For me, the film came out of left field. I had feared that another live action movie based on a classic and well-loved anime cartoon would be as big a disappointment as Ghost In The Shell (2017). The intriguing performance capture technology that digitally captures human movements, bringing a photorealistic Alita into her environment, however, got me curious so I bought a ticket.
From the beginning, the surreal post-apocalyptic sci-fi world of 2600, set three centuries after a great war, was beautiful. A massive floating city towered above the poorer dwellings of a city below. Dystopian future class warfare is a sci-fi staple but, in a strange way, Alita’s visual take was refreshing rather than stale and contrived. Overall, the visual editing was quite beautiful and, for me, really stole the show. For example, creating a photorealistic computer-generated eye is incredibly difficult but Alita succeeded masterfully.
Although the filmmakers have not crossed the uncanny valley by any means, the cyborg Alita was wonderfully incorporated into her environment. Standing next to Christoph Waltz, she flowed into the scene seamlessly, as though to say, “what CGI?” Although some may find the dialogue a bit lackluster (and they have a point), I was more impressed with the film’s commitment to the source material and the anime art form than I was with how confusing some of the dialogue was.
Recommendation: If you love anime and felt betrayed by the flop of Ghost, I would highly recommend Alita. Of all the film adaptations of anime that I have seen, it should certainly make fans most proud. For those of you who are not diehard anime fans, it really comes down to preference. The themes, character archetypes, moral dilemmas, and art styles in anime come from Japanese culture. Look closely enough, and you’ll notice how different those themes and styles can be, at times, from the conventions of western film. Japanese superhero webcomic One Punch Man is a wonderful satire that accentuates the common themes and styles of anime and Alita does a wonderful job of presenting the genre to a western audience.
If you’re a fan of action-packed sci-fi set in a post-apocalyptic world, give Alita a chance and overlook the, at times, gimmicky character development. If that’s not your cup of tea, the action and beautiful photorealism is something you shouldn’t miss.
I had expected the character Alita to be a lethal AI but she is actually a cyborg (human brain, robotic body). I was somewhat taken back by the premise that in her world, humans have been highly augmented by advanced robotic technologies, allowing them to be stronger, faster, and more resilient. Alita herself is special. She belongs to an alien civilization from Mars that nearly wiped out all the major cities on Earth. When she was found in a junk pile, only her human brain and upper torso were recovered. At one point, Alita asks a friend if it bothers him that she is not fully human. To which he replied that she is the most human person he has ever met.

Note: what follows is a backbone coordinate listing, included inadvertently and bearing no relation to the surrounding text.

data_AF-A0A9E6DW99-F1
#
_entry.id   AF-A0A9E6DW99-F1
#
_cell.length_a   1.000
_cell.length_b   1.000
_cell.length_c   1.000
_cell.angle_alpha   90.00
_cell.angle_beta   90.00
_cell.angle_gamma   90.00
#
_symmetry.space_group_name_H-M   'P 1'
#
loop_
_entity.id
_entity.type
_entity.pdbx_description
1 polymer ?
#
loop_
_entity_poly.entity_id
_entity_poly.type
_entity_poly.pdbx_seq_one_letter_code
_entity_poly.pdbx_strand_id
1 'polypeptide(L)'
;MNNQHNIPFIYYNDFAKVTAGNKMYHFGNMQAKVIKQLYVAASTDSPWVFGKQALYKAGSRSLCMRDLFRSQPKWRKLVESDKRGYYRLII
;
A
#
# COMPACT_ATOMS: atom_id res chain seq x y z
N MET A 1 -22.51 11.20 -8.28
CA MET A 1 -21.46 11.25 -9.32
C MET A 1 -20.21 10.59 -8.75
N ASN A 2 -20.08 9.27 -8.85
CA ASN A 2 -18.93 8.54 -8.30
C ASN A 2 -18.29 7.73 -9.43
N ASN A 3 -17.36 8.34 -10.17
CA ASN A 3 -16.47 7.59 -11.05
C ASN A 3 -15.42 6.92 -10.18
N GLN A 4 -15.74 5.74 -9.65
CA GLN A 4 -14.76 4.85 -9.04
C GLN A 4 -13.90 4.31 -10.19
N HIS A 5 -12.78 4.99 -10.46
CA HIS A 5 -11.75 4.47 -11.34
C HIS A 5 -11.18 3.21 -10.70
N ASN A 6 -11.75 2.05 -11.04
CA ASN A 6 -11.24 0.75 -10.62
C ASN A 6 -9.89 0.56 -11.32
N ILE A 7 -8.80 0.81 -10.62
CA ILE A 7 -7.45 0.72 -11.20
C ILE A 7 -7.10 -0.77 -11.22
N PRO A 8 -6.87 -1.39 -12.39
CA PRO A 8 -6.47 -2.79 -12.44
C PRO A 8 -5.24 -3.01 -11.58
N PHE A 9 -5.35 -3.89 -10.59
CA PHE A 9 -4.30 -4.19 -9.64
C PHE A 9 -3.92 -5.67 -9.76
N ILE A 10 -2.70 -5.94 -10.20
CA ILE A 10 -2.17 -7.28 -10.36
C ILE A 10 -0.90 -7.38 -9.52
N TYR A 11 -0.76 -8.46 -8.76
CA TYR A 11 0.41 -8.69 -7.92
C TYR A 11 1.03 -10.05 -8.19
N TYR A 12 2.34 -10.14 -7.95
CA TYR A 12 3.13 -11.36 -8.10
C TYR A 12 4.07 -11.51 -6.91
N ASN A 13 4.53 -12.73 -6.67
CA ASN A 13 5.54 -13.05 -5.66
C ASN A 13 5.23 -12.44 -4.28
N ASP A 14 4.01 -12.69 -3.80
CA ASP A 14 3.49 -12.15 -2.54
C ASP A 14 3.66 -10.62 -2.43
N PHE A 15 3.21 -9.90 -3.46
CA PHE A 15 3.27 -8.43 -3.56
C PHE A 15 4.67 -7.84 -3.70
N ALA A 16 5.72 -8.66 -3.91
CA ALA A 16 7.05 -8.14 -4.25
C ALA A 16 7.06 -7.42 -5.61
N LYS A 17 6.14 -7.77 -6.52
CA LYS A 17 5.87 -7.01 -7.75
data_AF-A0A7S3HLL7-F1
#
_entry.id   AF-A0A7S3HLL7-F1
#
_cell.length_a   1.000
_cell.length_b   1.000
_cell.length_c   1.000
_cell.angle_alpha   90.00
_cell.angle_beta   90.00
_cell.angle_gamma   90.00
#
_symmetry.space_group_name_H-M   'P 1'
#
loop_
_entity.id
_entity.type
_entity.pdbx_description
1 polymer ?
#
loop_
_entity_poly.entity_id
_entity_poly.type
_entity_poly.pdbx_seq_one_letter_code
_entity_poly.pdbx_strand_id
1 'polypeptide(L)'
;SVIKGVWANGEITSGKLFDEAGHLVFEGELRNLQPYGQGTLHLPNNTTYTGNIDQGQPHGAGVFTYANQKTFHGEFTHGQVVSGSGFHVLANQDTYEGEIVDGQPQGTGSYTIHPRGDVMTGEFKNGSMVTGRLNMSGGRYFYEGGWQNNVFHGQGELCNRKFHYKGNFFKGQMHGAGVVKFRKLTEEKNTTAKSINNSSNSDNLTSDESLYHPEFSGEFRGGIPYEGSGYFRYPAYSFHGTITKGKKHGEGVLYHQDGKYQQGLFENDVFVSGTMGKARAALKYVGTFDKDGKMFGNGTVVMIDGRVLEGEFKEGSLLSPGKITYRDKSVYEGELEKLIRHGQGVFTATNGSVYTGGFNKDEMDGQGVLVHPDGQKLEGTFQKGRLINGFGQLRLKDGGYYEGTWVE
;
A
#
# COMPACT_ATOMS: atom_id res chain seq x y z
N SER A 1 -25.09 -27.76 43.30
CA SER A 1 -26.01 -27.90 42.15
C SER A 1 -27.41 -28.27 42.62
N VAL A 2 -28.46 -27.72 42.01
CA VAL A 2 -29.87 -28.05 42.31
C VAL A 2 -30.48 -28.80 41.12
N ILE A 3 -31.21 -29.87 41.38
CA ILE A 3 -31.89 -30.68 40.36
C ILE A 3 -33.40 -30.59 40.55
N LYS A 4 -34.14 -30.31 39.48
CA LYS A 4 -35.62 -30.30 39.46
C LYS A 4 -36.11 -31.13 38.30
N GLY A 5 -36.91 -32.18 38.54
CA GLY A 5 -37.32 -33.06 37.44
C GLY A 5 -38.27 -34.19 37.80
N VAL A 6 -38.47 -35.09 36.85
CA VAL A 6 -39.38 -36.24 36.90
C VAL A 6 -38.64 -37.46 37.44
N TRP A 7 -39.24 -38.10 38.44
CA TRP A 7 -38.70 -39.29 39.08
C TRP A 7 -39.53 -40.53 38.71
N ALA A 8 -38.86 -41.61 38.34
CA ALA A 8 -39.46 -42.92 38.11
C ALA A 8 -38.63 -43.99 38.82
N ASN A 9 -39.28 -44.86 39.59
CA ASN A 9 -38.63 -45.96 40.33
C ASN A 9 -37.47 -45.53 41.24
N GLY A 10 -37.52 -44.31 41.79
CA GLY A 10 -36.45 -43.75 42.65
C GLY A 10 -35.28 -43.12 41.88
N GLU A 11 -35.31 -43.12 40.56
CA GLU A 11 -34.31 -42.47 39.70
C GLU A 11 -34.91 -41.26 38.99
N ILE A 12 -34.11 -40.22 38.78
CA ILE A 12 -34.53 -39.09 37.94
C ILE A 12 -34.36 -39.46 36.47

Although it doesn’t strictly feature AI, Alita invites us to ponder what it means to be human. Are we defined by a human brain? Or are there aspects of being human that are not solely associated with the brain? How does personhood change in the absence of a body? I have an easier time believing in a dystopian future in which we augment ourselves through through brain computer interfaces (BCIs) or prosthetics than that we will create conscious free-agent artificial superintelligences. However, cyborgs and robots raise many interesting philosophical questions. Alita offers a fresh perspective on currently trendy AI religiosity.
Cyborgs and cybernetics aren’t all the rage just now because robotic and BCI technologies haven’t made nearly the same kinds of breakthroughs recently that AI and neural networks have. Despite that, it’s nice to see something different from the familiar AI robot flick. Perhaps because cyborgs are different from robots, Alita is hard to rate on the Dogmatism Scale. Sure, it portrays a world dominated by augmented humanity, but that is all it does. Its narrative and artistry are not centered around the emergence of “human 2.0” or the materialism of the human mind. Rather, it’s focused on the story of Alita herself. For this reason, I give it 0/10 for dogma.
Overall, I loved the film. Regardless of what you think about the dialogue, the scenery is beautiful, and the action a joy to watch. Add it to your list for when you have a free afternoon. (2 hrs 2 min)
Adam Nieri, Program Assistant, has interests in philosophy of science and philosophy of mind, and he holds an MA in Science and Religion from Biola University. He has background in social media and marketing, photography/graphic design, IT, and teaching.
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